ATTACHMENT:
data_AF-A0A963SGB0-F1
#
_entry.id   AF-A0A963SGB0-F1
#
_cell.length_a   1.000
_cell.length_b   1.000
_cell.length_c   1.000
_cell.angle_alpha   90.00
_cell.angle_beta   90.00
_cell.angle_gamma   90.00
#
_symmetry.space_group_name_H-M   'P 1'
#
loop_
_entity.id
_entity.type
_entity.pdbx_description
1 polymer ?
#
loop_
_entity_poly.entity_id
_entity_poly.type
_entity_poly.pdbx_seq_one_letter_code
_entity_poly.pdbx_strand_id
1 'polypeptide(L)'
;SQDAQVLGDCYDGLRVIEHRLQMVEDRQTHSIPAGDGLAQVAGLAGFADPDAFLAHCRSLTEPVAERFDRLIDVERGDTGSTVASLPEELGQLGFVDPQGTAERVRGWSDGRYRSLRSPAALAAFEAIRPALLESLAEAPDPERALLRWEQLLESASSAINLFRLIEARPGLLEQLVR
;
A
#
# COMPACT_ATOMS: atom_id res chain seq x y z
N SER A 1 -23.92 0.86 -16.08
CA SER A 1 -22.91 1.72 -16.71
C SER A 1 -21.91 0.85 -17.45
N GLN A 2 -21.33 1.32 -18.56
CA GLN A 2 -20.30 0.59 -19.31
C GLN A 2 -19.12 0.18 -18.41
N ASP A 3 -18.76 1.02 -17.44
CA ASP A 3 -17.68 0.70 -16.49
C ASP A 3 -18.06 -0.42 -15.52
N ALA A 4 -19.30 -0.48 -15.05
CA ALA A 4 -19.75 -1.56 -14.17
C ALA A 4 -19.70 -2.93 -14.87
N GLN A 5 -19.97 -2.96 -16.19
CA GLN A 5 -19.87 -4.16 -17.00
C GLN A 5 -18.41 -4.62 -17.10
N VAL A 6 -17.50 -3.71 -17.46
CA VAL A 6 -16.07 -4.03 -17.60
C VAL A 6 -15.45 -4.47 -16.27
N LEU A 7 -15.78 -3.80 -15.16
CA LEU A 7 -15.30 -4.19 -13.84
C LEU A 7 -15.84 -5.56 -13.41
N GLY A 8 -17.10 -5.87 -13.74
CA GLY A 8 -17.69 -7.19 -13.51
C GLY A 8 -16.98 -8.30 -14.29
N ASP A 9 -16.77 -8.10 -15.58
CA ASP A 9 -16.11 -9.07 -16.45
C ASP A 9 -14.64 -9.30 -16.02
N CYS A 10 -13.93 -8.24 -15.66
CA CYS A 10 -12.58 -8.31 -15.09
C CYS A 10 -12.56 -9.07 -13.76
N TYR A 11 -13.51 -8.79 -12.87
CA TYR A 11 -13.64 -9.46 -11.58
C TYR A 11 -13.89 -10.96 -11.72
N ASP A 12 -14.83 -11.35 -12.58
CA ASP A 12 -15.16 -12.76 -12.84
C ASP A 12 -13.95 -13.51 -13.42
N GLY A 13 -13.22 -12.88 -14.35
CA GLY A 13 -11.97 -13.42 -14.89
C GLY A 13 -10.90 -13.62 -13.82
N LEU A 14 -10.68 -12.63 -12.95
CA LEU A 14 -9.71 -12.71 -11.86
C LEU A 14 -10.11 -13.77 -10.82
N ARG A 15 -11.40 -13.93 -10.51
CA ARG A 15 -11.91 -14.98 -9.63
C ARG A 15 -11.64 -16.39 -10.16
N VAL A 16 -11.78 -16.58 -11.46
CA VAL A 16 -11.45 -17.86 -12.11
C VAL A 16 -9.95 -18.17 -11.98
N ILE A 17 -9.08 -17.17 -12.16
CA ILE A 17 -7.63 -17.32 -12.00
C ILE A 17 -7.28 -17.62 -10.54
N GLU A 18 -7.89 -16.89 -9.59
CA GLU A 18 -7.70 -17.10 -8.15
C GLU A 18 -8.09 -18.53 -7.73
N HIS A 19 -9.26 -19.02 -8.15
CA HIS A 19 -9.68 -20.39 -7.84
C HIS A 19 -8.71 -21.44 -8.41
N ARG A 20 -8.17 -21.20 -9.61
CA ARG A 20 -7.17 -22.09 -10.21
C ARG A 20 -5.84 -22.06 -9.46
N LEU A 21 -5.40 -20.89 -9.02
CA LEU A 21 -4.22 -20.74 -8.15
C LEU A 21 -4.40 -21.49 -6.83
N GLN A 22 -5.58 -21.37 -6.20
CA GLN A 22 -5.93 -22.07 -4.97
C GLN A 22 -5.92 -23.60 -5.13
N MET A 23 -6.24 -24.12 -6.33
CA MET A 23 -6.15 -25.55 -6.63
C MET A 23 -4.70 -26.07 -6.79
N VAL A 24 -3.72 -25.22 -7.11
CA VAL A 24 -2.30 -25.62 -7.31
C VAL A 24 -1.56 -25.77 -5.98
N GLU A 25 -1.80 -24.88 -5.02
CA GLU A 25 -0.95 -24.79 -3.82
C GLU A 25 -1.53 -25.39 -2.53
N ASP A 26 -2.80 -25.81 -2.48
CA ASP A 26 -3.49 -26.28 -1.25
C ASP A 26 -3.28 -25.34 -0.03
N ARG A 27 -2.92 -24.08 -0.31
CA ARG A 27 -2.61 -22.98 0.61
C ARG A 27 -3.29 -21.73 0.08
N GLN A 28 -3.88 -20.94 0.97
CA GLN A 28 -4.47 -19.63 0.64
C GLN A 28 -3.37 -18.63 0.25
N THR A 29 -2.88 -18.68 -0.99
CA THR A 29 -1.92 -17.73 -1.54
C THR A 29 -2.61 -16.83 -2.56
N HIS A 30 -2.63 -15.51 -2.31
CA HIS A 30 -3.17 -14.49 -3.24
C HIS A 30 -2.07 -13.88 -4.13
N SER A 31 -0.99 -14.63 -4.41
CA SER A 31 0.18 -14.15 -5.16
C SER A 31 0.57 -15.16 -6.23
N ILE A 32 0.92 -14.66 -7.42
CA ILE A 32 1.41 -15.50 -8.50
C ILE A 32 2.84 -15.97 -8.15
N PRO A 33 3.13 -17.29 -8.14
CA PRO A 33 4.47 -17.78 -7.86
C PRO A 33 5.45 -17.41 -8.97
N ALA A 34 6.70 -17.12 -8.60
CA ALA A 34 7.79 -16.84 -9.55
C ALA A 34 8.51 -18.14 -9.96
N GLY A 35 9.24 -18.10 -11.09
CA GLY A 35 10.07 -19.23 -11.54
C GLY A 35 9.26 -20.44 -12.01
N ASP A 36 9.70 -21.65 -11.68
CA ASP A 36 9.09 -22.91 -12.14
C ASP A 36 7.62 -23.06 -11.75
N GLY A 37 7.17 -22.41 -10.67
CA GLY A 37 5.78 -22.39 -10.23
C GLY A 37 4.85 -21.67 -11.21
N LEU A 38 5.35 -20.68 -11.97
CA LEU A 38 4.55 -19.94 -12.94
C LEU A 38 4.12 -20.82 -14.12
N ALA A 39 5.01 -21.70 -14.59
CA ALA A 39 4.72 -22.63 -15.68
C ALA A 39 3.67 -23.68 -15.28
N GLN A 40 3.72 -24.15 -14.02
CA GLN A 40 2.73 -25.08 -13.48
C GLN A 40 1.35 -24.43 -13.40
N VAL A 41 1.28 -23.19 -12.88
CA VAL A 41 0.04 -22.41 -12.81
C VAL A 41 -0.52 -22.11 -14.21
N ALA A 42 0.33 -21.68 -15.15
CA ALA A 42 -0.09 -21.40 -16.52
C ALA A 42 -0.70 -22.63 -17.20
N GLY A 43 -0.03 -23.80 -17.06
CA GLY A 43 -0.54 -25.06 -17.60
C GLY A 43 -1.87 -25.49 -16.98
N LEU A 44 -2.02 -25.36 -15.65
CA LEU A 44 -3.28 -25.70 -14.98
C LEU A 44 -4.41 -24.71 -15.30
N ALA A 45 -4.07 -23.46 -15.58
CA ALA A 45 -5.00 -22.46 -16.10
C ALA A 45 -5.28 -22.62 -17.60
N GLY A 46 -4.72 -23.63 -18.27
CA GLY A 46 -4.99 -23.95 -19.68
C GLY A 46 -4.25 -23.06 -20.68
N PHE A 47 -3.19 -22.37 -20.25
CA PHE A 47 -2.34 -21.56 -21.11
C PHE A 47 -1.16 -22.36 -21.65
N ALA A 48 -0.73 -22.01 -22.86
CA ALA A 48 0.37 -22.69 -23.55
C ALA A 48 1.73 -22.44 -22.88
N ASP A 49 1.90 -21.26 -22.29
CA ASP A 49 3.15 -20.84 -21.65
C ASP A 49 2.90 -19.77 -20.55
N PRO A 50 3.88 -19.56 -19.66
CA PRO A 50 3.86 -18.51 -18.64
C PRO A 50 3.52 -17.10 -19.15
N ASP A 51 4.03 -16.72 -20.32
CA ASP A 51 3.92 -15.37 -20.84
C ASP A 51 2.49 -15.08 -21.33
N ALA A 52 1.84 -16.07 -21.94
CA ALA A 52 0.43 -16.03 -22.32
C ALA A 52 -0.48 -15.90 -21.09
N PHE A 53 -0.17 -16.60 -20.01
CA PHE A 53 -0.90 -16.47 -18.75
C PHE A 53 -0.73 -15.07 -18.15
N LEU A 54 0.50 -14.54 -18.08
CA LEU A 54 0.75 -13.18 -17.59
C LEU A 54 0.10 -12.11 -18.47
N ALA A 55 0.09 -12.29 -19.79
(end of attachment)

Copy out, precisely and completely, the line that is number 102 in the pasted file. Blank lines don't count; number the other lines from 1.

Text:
C VAL A 24 -1.56 -25.77 -5.98